Huge turnover of players has left Cork struggling to find an identity

Huge turnover of players has left Cork struggling to find an identity
Cork captain Ian Maguire, right, and team-mate Kevin Crowley on their way into the team dressing room at Thurles. Picture: Matt Browne/Sportsfile

LAST May, the Cork footballers went to Thurles for a Munster SFC semi-final against Tipperary and there wasn’t a huge amount of expectation.

You could have had a bet on Ronan McCarthy’s side at slightly worse than evens that evening, almost unthinkable for a Rebels provincial clash against someone other than Kerry, but it illustrated how the landscape had changed. After all, Tipp had triumphed by six points when the counties had met in the league a few months earlier.

That evening, Cork managed to respond to the pressure they were under by winning impressively, though subsequent performances against Kerry and Tyrone meant that the Tipp game was overlooked.

Add in four games without a win at the start of this year’s league and Cork travelled to Thurles on Saturday carrying a six-game stretch without victory, with 14 league and championship games since the beginning of 2018 having only yielded four wins.

With McCarthy’s team bottom of Division 2 and Tipp one of the two sides directly above them on three points, another defeat would have all but confirmed relegation to the third tier. Thankfully, Cork were able to pull out a performance, as they did ten months ago, to give themselves a glimmer of hope. They may still be relegated, but at least they have stopped the rot and the importance of that confidence-boost can’t be overestimated.

In a team where there has been such a turnover of players over the past half-decade, the identity of the panel has been muddied, if not lost. Saturday’s win will have provided some level of belief and reassurance that they hadn’t all become bad players.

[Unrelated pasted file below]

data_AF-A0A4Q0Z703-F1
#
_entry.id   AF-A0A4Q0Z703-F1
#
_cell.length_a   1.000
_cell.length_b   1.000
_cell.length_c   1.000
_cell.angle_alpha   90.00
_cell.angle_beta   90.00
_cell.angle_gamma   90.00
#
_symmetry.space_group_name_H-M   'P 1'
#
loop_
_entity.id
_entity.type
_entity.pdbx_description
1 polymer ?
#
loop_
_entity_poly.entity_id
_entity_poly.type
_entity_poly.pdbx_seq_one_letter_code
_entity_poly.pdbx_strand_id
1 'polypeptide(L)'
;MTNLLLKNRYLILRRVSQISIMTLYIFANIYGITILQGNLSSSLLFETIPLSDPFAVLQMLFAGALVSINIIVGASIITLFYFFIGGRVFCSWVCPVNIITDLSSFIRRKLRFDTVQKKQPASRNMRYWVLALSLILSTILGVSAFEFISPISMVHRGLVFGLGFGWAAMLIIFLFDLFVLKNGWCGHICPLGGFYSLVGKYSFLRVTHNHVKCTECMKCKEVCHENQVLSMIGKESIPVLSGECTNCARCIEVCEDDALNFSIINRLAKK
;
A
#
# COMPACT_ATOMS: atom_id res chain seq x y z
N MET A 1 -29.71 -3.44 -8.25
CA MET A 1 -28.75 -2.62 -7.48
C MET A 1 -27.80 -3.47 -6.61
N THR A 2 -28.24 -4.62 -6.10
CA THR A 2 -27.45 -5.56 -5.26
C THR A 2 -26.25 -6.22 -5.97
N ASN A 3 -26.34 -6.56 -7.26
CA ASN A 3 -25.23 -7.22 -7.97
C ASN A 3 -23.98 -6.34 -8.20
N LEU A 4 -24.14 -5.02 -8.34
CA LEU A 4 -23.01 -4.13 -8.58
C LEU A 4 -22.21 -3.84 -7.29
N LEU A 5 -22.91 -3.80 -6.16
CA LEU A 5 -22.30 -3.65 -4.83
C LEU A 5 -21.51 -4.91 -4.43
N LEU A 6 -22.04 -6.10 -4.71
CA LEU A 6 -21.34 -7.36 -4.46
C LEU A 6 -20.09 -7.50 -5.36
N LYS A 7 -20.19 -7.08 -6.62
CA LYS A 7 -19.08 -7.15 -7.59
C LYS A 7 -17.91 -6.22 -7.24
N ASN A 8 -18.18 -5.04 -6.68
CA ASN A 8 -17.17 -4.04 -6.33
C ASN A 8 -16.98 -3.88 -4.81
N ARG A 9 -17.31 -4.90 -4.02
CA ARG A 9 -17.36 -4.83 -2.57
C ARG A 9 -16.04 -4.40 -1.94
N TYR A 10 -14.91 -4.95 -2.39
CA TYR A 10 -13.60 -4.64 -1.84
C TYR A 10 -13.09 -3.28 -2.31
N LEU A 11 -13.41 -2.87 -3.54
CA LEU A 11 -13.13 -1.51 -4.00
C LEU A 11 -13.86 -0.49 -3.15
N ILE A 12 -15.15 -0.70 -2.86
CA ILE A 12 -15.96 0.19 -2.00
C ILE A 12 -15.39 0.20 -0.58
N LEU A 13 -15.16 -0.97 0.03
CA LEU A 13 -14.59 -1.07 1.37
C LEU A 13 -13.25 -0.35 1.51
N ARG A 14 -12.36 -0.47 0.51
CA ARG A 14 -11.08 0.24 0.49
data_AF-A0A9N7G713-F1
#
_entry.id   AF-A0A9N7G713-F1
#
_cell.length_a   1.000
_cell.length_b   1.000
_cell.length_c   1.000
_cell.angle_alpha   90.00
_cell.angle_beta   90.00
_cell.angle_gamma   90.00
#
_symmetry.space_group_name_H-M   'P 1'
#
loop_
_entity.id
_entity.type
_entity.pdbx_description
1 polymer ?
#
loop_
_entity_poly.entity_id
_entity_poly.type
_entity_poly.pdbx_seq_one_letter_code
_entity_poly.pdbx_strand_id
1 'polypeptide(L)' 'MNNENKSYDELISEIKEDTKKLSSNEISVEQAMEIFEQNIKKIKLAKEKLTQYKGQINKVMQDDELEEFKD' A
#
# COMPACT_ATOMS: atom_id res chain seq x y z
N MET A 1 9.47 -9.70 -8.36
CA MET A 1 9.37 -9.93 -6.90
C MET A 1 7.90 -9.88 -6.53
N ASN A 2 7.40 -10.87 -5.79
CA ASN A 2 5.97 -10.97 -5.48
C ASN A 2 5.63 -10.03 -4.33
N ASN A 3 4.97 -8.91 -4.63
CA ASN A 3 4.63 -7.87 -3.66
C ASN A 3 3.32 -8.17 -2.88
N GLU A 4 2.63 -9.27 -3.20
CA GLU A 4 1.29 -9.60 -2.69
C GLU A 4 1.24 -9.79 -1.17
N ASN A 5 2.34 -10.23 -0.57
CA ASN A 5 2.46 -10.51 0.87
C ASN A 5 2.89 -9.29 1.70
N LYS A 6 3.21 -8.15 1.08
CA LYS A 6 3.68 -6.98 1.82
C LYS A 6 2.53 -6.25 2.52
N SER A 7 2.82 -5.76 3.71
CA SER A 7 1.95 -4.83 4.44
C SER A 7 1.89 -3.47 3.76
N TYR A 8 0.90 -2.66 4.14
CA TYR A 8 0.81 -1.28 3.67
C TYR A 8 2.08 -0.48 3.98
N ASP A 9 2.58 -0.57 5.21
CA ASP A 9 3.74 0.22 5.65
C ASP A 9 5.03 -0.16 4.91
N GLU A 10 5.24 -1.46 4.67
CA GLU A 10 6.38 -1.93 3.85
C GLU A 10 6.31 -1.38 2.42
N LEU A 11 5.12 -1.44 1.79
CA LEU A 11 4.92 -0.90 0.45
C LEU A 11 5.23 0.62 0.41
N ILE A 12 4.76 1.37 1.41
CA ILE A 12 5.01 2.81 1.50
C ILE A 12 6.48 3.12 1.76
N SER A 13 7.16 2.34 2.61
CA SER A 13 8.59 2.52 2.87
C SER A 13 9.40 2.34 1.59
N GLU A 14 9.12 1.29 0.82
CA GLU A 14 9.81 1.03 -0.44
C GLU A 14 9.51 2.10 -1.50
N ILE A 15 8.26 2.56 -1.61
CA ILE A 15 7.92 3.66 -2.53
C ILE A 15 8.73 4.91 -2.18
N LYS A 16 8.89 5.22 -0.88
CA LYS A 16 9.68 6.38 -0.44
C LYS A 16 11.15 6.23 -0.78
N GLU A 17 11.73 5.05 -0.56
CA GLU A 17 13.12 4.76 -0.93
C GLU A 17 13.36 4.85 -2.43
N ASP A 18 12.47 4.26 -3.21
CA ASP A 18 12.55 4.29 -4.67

Mark Collins holds off Jimmy Feehan of Tipp. Picture: Matt Browne/Sportsfile
Mark Collins holds off Jimmy Feehan of Tipp. Picture: Matt Browne/Sportsfile

The task now is try to build on that in their next outing, at home to Donegal on Saturday week. It will be a tougher task as Declan Bonner’s side are chasing promotion, but Cork can face into it with renewed hope.

To many, Donegal represent the change in football seen since the beginning of this decade, where ‘avoid defeat at all costs’ has become the tactic du jour. They aren’t as extreme as that anymore, to be fair, but perception counts for a lot.

Last weeks, the events of the Ulster post-primary Brock Cup (U15½AFC) between St Patrick’s of Maghera and Newry’s Abbey CBS, provided a new low for many observers. However, there is a chance that widespread dissemination of the footage of the game will be a clarion call.

St Patrick’s won the game, by 0-2 to 0-1 and that’s not misprint for 0-12 to 0-11. Abbey delved into the ultra-defensive playbook and added a few more layers, with 15 players behind the ball almost for the entirety of the game.

Cahair O’Kane of the Irish News tweeted a video snippet from the game and the wails of protest were long and loud, leading one to hope that this can be a turning point for the trend of negative football. The teenagers carrying out the gameplan shouldn’t be the focus of the ire and don’t seem to be. Presumably, they just want to go out and play some ball, but you’d have to wonder about the mindset of a management that would go to such lengths at such an age-grade.

People will say that Jim McGuinness invented defensive football, but let’s not pretend that Gaelic football was a utopia before that. The Cork team that won the All-Ireland in 2010 were criticised for too much lateral play, the reason for that being that opponents’ massed ranks were too difficult to break down.

What McGuinness did was take things to a more organised level at the back, but he also developed a counter-attacking game. While Donegal didn’t give away much as they won the 2012 All-Ireland, they did still score more than each of their opponents and it’s hard to argue with the means when the end is a first All-Ireland in 20 years.

Things have moved on, though, Dublin are the best team around now and it’s a pity that more don’t try to ape their attacking approach.

Instead, the safety-first style still pervades, but without the counter-attacking nous. The bottom line, at least, is that St Patrick’s won that Brock Cup game and, despite the tactics, Abbey still lost, the fear of which led them to employ such tactics. Proof, perhaps, that the good will always win out in the end.

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